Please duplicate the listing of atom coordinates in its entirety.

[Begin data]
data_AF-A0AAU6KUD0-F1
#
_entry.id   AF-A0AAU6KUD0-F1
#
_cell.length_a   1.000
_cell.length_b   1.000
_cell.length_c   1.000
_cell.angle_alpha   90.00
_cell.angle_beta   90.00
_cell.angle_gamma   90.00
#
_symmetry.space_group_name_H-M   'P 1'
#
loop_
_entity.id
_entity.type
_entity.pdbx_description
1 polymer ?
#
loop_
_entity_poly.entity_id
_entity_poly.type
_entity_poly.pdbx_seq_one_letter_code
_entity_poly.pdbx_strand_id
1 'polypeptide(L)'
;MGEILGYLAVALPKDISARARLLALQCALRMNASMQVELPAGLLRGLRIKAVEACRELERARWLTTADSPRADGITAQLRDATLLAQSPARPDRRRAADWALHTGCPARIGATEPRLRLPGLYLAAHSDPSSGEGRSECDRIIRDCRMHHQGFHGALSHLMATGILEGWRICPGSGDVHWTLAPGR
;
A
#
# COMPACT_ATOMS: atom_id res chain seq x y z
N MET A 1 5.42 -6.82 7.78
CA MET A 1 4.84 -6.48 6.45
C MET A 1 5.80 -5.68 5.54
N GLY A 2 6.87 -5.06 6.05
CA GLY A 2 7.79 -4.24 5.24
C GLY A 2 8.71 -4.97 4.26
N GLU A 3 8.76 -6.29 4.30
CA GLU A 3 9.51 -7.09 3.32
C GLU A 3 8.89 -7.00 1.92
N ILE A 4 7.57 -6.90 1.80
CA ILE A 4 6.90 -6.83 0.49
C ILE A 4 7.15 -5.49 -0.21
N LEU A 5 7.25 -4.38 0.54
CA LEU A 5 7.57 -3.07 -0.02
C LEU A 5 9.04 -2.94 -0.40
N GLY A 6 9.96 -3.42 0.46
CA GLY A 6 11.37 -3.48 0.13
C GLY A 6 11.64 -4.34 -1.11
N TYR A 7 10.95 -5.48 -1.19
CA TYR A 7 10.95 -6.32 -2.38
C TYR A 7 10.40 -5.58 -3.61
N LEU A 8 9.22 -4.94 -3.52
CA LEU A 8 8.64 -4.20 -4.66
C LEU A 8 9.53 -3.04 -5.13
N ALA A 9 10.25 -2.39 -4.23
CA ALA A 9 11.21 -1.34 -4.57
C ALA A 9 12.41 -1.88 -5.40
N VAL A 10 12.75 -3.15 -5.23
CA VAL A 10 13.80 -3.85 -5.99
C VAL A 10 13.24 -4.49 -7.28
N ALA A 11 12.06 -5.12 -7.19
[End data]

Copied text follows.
data_AF-A0AAU6KUD0-F1
#
_entry.id   AF-A0AAU6KUD0-F1
#
_cell.length_a   1.000
_cell.length_b   1.000
_cell.length_c   1.000
_cell.angle_alpha   90.00
_cell.angle_beta   90.00
_cell.angle_gamma   90.00
#
_symmetry.space_group_name_H-M   'P 1'
#
loop_
_entity.id
_entity.type
_entity.pdbx_description
1 polymer ?
#
loop_
_entity_poly.entity_id
_entity_poly.type
_entity_poly.pdbx_seq_one_letter_code
_entity_poly.pdbx_strand_id
1 'polypeptide(L)'
;MGEILGYLAVALPKDISARARLLALQCALRMNASMQVELPAGLLRGLRIKAVEACRELERARWLTTADSPRADGITAQLRDATLLAQSPARPDRRRAADWALHTGCPARIGATEPRLRLPGLYLAAHSDPSSGEGRSECDRIIRDCRMHHQGFHGALSHLMATGILEGWRICPGSGDVHWTLAPGR
;
A
#
# COMPACT_ATOMS: atom_id res chain seq x y z
N MET A 1 5.42 -6.82 7.78
CA MET A 1 4.84 -6.48 6.45
C MET A 1 5.80 -5.68 5.54
N GLY A 2 6.87 -5.06 6.05
CA GLY A 2 7.79 -4.24 5.24
C GLY A 2 8.71 -4.97 4.26
N GLU A 3 8.76 -6.29 4.30
CA GLU A 3 9.51 -7.09 3.32
C GLU A 3 8.89 -7.00 1.92
N ILE A 4 7.57 -6.90 1.80
CA ILE A 4 6.90 -6.83 0.49
C ILE A 4 7.15 -5.49 -0.21
N LEU A 5 7.25 -4.38 0.54
CA LEU A 5 7.57 -3.07 -0.02
C LEU A 5 9.04 -2.94 -0.40
N GLY A 6 9.96 -3.42 0.46
CA GLY A 6 11.37 -3.48 0.13
C GLY A 6 11.64 -4.34 -1.11
N TYR A 7 10.95 -5.48 -1.19
CA TYR A 7 10.95 -6.32 -2.38
C TYR A 7 10.40 -5.58 -3.61
N LEU A 8 9.22 -4.94 -3.52
CA LEU A 8 8.64 -4.20 -4.66
C LEU A 8 9.53 -3.04 -5.13
N ALA A 9 10.25 -2.39 -4.23
CA ALA A 9 11.21 -1.34 -4.57
C ALA A 9 12.41 -1.88 -5.40
N VAL A 10 12.75 -3.15 -5.23
CA VAL A 10 13.80 -3.85 -5.99
C VAL A 10 13.24 -4.49 -7.28
N ALA A 11 12.06 -5.12 -7.19